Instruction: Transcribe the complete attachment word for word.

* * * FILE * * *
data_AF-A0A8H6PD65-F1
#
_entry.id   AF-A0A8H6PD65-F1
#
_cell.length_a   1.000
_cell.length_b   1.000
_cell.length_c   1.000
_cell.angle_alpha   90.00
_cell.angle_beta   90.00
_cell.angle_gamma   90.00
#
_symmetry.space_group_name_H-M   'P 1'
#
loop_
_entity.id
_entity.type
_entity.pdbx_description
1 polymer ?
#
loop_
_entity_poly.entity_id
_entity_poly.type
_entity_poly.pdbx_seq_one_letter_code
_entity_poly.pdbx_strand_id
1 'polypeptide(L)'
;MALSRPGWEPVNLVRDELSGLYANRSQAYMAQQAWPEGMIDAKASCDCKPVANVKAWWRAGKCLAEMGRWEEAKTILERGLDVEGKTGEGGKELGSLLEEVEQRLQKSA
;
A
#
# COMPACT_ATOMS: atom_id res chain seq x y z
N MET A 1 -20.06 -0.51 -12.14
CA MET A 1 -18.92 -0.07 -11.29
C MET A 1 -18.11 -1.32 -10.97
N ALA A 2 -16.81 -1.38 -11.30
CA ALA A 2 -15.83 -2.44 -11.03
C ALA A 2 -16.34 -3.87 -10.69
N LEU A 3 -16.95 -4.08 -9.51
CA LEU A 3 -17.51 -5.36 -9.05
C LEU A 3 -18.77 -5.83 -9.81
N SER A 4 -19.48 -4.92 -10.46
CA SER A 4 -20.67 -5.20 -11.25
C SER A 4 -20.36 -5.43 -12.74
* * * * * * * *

data_AF-A0A8H6PD65-F1
#
_entry.id   AF-A0A8H6PD65-F1
#
_cell.length_a   1.000
_cell.length_b   1.000
_cell.length_c   1.000
_cell.angle_alpha   90.00
_cell.angle_beta   90.00
_cell.angle_gamma   90.00
#
_symmetry.space_group_name_H-M   'P 1'
#
loop_
_entity.id
_entity.type
_entity.pdbx_description
1 polymer ?
#
loop_
_entity_poly.entity_id
_entity_poly.type
_entity_poly.pdbx_seq_one_letter_code
_entity_poly.pdbx_strand_id
1 'polypeptide(L)'
;MALSRPGWEPVNLVRDELSGLYANRSQAYMAQQAWPEGMIDAKASCDCKPVANVKAWWRAGKCLAEMGRWEEAKTILERGLDVEGKTGEGGKELGSLLEEVEQRLQKSA
;
A
#
# COMPACT_ATOMS: atom_id res chain seq x y z
N MET A 1 -20.06 -0.51 -12.14
CA MET A 1 -18.92 -0.07 -11.29
C MET A 1 -18.11 -1.32 -10.97
N ALA A 2 -16.81 -1.38 -11.30
CA ALA A 2 -15.83 -2.44 -11.03
C ALA A 2 -16.34 -3.87 -10.69
N LEU A 3 -16.95 -4.08 -9.51
CA LEU A 3 -17.51 -5.36 -9.05
C LEU A 3 -18.77 -5.83 -9.81
N SER A 4 -19.48 -4.92 -10.46
CA SER A 4 -20.67 -5.20 -11.25
C SER A 4 -20.36 -5.43 -12.74